High school is stressful. Students are forced to balance heavy loads of school work on top of family obligations and time-consuming extracurricular activities. We all know a little bit of stress is healthy, providing just enough motivation to give you a kick in the butt, but not enough to make you want to pull your hair out. However, when finals time rolls around and you’re ready to cry because you’re so overburdened, then stress becomes a problem. When you’re stressed, glucocorticoids, or stress hormones increase the level of cortisol in your body, prepping it to take on the physical demands of stress. (In terms of evolution, being under stress is being chased by a lion that thinks you’re dinner, not taking the SAT tomorrow). Science has always told us that stress is bad for us; high levels of cortisol are linked to depression and high levels of cortisol over prolonged periods of time actually impair our ability to cope with stress. Just reading about this is stressful, right? But what if I told you that stress might actually be good for you, at least in one respect. A new study conducted by Ranjish Rao and published in Biological Psychiatry shows that high glucocorticoid levels could potentially help reduce the development of PTSD, or Post-Traumatic Stress Disorder.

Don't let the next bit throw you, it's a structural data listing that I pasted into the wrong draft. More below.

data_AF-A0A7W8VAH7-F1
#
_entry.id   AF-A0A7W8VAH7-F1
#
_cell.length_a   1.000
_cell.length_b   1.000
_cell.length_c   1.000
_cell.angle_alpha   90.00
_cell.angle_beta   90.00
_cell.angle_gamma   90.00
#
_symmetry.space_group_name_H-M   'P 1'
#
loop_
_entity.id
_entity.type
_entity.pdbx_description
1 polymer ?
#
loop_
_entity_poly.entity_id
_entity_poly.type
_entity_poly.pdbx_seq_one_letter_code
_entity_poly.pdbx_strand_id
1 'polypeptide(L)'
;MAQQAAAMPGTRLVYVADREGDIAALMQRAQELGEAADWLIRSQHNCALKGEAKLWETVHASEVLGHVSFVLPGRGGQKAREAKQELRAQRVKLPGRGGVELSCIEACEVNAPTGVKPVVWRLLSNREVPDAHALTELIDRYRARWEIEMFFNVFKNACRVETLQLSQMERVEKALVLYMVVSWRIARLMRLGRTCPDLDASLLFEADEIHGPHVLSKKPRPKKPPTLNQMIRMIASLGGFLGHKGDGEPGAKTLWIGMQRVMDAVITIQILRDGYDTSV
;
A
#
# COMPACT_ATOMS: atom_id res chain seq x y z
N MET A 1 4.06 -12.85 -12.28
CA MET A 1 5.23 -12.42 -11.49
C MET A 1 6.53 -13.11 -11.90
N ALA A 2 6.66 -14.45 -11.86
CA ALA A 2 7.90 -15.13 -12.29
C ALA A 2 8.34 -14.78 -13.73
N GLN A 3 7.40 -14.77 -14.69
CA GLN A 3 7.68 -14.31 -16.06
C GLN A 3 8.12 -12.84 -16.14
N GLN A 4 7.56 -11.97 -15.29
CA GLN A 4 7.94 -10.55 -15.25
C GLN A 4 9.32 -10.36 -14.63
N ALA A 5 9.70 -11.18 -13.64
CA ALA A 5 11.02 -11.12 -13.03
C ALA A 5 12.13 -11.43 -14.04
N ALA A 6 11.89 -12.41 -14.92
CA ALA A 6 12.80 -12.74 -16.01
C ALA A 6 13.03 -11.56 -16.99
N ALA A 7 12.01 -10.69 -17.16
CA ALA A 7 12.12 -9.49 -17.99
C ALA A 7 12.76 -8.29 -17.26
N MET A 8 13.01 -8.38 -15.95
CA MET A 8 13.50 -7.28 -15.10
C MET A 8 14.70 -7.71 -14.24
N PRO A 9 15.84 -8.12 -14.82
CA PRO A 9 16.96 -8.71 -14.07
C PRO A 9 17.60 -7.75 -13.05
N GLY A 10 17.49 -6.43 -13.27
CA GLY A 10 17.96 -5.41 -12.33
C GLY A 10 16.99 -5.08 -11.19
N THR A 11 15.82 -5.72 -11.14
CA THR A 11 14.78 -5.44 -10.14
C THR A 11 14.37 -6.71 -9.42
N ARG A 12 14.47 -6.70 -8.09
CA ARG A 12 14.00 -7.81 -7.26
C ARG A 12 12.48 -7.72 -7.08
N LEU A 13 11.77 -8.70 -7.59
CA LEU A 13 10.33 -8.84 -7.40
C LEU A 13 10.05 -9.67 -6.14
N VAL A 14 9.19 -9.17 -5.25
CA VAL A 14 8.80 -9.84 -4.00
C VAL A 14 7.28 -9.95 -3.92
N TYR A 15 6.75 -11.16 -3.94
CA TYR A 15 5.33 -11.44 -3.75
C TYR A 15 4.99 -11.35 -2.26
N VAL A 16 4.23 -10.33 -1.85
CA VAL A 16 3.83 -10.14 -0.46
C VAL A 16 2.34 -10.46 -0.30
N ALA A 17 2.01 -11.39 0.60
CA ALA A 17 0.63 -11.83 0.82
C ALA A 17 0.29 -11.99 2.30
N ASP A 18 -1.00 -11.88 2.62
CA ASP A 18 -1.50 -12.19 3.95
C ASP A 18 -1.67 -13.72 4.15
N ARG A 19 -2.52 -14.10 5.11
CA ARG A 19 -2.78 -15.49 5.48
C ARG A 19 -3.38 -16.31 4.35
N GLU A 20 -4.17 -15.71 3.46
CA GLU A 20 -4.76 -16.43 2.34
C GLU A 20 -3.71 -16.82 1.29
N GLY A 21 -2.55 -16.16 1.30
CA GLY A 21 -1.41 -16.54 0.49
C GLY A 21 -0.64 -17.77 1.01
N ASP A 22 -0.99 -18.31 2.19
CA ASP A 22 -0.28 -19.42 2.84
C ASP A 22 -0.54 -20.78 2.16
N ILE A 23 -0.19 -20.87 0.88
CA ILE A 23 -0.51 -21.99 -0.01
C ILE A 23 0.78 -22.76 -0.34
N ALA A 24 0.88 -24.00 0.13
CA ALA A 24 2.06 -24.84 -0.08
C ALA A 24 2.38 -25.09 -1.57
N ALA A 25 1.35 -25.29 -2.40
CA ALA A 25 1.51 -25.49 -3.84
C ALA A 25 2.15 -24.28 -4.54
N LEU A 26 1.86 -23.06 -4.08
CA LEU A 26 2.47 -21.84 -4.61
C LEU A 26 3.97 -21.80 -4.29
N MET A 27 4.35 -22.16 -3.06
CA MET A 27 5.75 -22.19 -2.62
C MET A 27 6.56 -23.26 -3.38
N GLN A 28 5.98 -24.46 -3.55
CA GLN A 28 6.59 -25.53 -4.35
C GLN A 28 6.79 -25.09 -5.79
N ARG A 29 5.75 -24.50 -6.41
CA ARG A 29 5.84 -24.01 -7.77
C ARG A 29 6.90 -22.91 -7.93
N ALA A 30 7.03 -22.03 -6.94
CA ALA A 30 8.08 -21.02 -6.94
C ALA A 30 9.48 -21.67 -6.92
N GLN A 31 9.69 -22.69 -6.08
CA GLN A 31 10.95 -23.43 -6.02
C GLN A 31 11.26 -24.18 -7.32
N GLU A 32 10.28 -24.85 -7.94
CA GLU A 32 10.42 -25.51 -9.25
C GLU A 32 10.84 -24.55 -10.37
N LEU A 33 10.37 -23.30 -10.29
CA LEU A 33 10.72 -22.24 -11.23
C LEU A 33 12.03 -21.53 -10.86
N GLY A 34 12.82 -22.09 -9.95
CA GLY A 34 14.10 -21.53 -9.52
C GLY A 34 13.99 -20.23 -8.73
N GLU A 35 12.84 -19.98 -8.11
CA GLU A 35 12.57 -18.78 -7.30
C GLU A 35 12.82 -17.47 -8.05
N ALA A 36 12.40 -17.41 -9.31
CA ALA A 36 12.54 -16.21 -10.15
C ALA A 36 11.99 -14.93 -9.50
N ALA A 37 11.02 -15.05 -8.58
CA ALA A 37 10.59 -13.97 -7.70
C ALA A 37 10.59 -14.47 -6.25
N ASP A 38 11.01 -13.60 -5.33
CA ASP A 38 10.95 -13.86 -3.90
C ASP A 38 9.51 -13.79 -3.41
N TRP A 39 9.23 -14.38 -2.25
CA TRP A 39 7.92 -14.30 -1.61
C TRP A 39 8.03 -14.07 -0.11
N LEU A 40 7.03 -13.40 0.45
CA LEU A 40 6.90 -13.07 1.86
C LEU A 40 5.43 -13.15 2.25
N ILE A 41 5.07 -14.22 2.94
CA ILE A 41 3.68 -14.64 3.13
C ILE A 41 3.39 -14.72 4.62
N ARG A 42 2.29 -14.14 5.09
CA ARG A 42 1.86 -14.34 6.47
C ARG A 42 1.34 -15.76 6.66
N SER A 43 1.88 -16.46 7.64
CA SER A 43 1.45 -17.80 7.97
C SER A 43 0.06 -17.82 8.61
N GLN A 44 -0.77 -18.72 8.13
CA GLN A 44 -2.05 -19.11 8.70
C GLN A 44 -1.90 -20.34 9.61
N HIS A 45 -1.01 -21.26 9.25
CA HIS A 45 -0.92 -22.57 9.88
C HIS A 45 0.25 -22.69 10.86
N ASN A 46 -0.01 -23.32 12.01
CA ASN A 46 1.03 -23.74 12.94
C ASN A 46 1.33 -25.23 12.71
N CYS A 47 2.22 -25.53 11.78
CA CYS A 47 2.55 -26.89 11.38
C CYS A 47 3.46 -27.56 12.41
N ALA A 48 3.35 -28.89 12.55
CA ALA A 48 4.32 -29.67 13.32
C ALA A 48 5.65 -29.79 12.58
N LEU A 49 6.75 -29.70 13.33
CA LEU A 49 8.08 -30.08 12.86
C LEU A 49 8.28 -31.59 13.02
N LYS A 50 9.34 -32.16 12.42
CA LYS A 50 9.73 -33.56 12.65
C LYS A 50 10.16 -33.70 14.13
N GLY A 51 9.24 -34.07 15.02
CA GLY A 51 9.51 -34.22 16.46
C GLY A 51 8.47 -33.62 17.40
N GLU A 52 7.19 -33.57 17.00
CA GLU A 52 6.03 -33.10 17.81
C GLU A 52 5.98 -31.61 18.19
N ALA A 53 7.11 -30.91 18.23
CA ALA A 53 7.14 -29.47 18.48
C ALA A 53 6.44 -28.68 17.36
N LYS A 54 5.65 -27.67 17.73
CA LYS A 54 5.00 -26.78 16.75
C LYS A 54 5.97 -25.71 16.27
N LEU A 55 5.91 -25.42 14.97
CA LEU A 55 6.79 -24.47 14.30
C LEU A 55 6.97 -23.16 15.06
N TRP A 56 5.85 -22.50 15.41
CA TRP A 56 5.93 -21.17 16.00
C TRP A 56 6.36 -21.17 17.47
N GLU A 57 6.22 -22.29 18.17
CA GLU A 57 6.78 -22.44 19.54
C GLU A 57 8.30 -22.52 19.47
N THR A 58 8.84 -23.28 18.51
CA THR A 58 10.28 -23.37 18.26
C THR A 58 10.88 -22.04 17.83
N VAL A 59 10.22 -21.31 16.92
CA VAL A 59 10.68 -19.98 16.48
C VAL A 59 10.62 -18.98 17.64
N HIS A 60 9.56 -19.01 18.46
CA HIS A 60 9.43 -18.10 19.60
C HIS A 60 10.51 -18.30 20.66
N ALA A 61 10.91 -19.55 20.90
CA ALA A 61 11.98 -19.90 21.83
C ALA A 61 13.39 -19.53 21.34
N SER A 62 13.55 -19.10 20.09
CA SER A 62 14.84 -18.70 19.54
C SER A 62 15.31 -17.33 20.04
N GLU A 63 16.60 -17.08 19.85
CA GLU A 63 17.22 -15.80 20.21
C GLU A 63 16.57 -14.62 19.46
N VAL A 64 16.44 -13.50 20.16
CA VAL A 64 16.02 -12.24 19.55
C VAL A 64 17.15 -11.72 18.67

No, I’m not Crazy. Stress Really Can Be Good for You
PTSD is caused when a person witnesses a traumatic, potentially life-threatening event. For example, combat soldiers and children who were sexually abused often times suffer from PTSD. Recent studies show the “trauma” in PTSD is the impact of stress on the brain structure of the victim, according to Dr. John Krystal, editor of Biological Psychiatry. The study conducted by Rao was inspired by an odd occurrence: clinical reports showed people with low cortisol levels were more likely to develop PTSD, and that cortisol treatment actually reduces the symptoms of PTSD. The study used a model of a rat to study its stress levels in relation to corticoids. Professor Chattarji from the National Center of Biological Sciences in Bangalore, India explains the outcome of the experiment: “ We were able to…. identify a possible cellular mechanism in the amygdala, the emotional hub of the brain [responsible for this odd occurrence.]” It turns out the number of synapses in the amygdala is a fairly accurate predictor of whether or not a person will have high or low anxiety levels. The corticoids given to the rats reset the number of synapses in their amygdalas, and brought down their stress level.
So What Does this Mean for Me?
If you’re a high-stressed, health conscious person like me, after reading this you might feel slightly better about your high stress levels, but don’t celebrate just yet. Even though we all have the potential to develop PTSD, not everyone does, so this study is relevant to only a portion of the population. Even if it were relevant to everyone, the stress hormones in the study were given to the rats under controlled circumstances, and if this were to become an actual therapeutic treatment for PTSD, the patient would most likely ingest corticoids under the close watch of their psychiatrist. In my opinion, the damage caused by high glucocorticoid levels far outweigh the benefits. So, take a deep breath and relax. Maybe go for a run or talk with a friend. Your stress will eventually go away.